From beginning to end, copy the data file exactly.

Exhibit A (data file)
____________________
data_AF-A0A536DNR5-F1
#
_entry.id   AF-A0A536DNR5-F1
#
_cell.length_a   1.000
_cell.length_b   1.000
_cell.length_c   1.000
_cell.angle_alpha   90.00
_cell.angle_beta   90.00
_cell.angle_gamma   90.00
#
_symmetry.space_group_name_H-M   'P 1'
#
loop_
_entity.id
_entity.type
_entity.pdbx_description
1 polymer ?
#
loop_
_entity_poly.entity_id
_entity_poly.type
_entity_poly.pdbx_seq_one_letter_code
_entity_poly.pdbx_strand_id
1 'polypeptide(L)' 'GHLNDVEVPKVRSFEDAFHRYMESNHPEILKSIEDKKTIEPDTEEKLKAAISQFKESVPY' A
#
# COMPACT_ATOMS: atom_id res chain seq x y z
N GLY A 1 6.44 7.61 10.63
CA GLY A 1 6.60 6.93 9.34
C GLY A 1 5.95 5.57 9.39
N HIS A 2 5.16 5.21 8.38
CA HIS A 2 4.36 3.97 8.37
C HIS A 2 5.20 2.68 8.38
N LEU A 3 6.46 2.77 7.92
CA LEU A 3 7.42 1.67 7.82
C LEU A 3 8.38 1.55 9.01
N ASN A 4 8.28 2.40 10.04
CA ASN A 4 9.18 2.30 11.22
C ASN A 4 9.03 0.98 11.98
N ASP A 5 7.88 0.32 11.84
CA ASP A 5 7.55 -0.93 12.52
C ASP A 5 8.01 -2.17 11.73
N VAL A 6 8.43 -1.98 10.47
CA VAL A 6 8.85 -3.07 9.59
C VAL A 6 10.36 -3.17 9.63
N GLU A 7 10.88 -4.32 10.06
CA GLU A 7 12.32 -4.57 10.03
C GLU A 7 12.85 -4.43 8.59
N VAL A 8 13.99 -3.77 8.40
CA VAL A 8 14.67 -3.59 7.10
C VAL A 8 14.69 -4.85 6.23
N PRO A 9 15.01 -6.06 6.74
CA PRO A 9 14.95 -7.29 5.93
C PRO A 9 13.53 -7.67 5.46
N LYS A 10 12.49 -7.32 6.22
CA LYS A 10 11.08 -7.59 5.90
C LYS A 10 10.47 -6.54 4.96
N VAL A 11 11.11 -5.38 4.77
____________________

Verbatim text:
data_AF-A0A536DNR5-F1
#
_entry.id   AF-A0A536DNR5-F1
#
_cell.length_a   1.000
_cell.length_b   1.000
_cell.length_c   1.000
_cell.angle_alpha   90.00
_cell.angle_beta   90.00
_cell.angle_gamma   90.00
#
_symmetry.space_group_name_H-M   'P 1'
#
loop_
_entity.id
_entity.type
_entity.pdbx_description
1 polymer ?
#
loop_
_entity_poly.entity_id
_entity_poly.type
_entity_poly.pdbx_seq_one_letter_code
_entity_poly.pdbx_strand_id
1 'polypeptide(L)' 'GHLNDVEVPKVRSFEDAFHRYMESNHPEILKSIEDKKTIEPDTEEKLKAAISQFKESVPY' A
#
# COMPACT_ATOMS: atom_id res chain seq x y z
N GLY A 1 6.44 7.61 10.63
CA GLY A 1 6.60 6.93 9.34
C GLY A 1 5.95 5.57 9.39
N HIS A 2 5.16 5.21 8.38
CA HIS A 2 4.36 3.97 8.37
C HIS A 2 5.20 2.68 8.38
N LEU A 3 6.46 2.77 7.92
CA LEU A 3 7.42 1.67 7.82
C LEU A 3 8.38 1.55 9.01
N ASN A 4 8.28 2.40 10.04
CA ASN A 4 9.18 2.30 11.22
C ASN A 4 9.03 0.98 11.98
N ASP A 5 7.88 0.32 11.84
CA ASP A 5 7.55 -0.93 12.52
C ASP A 5 8.01 -2.17 11.73
N VAL A 6 8.43 -1.98 10.47
CA VAL A 6 8.85 -3.07 9.59
C VAL A 6 10.36 -3.17 9.63
N GLU A 7 10.88 -4.32 10.06
CA GLU A 7 12.32 -4.57 10.03
C GLU A 7 12.85 -4.43 8.59
N VAL A 8 13.99 -3.77 8.40
CA VAL A 8 14.67 -3.59 7.10
C VAL A 8 14.69 -4.85 6.23
N PRO A 9 15.01 -6.06 6.74
CA PRO A 9 14.95 -7.29 5.93
C PRO A 9 13.53 -7.67 5.46
N LYS A 10 12.49 -7.32 6.22
CA LYS A 10 11.08 -7.59 5.90
C LYS A 10 10.47 -6.54 4.96
N VAL A 11 11.11 -5.38 4.77